Danish Crown was founded by farmers and is, to this day, owned by around 7,000 Danish farmers. The farmers are the beating heart of our company, and it is they who raise the pigs, cows and cattle that our livelihood depends on. For decades, they have worked to reduce climate impact upon the farm. It is an important area of focus in the supply chain for Danish Crown, as more than 90 percent of the climate impact stems from farms.
Our farmers have come a long way, but there is still a long way to go. Step by step, we are working together towards a more sustainable future.
The goal is to reduce our climate footprint by 50 percent before 2030 and produce climate neutral meat by 2050.
The first step towards reaching these goals is by getting all of our farmers to join our sustainability programme, called the Climate Track. In the programme, every farmer is obliged to take on sustainable initiatives at the farm within areas of, for example, CO2-reduction, animal feed optimisation, manure management, animal welfare and the use of antibiotics and social responsibility. In addition, the progress of this is controlled at every farm by an independent agency.
We are all in this together
Danish Crown cooperates closely with farmers and offers inspiration on sustainable solutions, as we ensure that knowledge and experience is shared amongst farmers.
Many farmers have chosen to follow the Climate Track: Anders Peter in Vendsyssel uses discarded deep litter from his specific pig’s barns for biogas and reduces his climate footprint by implementing new methods of feeding his animals. Another example is John Schütte in Østsalling who has installed an energy saving ventilator in the stable and substituted an oil-burner with a straw boiler.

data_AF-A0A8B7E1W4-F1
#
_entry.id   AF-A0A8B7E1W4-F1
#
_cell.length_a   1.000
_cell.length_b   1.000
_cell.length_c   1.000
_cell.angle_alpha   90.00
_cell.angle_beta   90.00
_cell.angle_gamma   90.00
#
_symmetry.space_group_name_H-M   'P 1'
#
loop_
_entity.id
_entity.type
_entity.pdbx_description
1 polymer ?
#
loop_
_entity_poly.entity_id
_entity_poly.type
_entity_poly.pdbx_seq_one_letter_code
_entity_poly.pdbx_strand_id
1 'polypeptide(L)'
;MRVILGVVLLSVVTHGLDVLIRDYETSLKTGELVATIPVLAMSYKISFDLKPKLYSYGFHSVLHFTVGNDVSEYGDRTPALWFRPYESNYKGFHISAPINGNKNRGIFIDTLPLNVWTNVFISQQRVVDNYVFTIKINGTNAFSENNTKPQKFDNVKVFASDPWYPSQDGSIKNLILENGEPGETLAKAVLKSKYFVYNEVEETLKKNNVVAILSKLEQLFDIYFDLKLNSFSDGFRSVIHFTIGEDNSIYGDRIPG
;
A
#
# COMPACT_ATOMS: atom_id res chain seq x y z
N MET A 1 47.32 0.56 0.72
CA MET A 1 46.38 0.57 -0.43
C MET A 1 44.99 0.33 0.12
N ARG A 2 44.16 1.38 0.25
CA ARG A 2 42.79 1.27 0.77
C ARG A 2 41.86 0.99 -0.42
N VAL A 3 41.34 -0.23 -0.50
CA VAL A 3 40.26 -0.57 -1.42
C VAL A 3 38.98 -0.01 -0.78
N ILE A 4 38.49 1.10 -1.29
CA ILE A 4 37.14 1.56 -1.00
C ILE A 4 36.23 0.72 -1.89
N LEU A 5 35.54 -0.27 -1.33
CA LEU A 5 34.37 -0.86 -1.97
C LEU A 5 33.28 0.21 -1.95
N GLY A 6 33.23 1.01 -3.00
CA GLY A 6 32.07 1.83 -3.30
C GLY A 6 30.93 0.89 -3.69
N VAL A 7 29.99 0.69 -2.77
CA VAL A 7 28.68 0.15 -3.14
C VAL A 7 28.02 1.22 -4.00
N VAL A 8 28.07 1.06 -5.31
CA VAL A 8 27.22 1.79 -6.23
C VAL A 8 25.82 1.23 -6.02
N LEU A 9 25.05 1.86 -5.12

Farming on the front-line
Being on the front-line of sustainable meat production comes with obligations. Our farmers know this better than anyone, which is why they work every day towards delivering on these high standards. In our pig farming, we set high requirements in our animal welfare, including the highest standards of vetinary practices and a strictly controlled use of medicine.
In relation to the climate impact, key factors include the quantity of feed used per kilogram of meat and utilising as much of the pig af possible. Also, our farmers are increasing their use of environmental technologies – and with all this, Danish farmers have together with our abattoirs successfully improved efficiency, so that the amount of feed needed to produce 1 kg of pork has fallen significantly over the last several years.
Today, 90 percent of all our Danish pigs come from family farms that follow the Climate Track. We are on our way to reaching 100 percent in 2021. A pig that has followed the Climate Track is bred on Danish farms. Since 2005, these farms have together with our abattoirs reduced the climate footprint per kilo pork by 25 percent. This brings us half way towards our goal of reducing our CO2-emissions by 50 percent in 2030.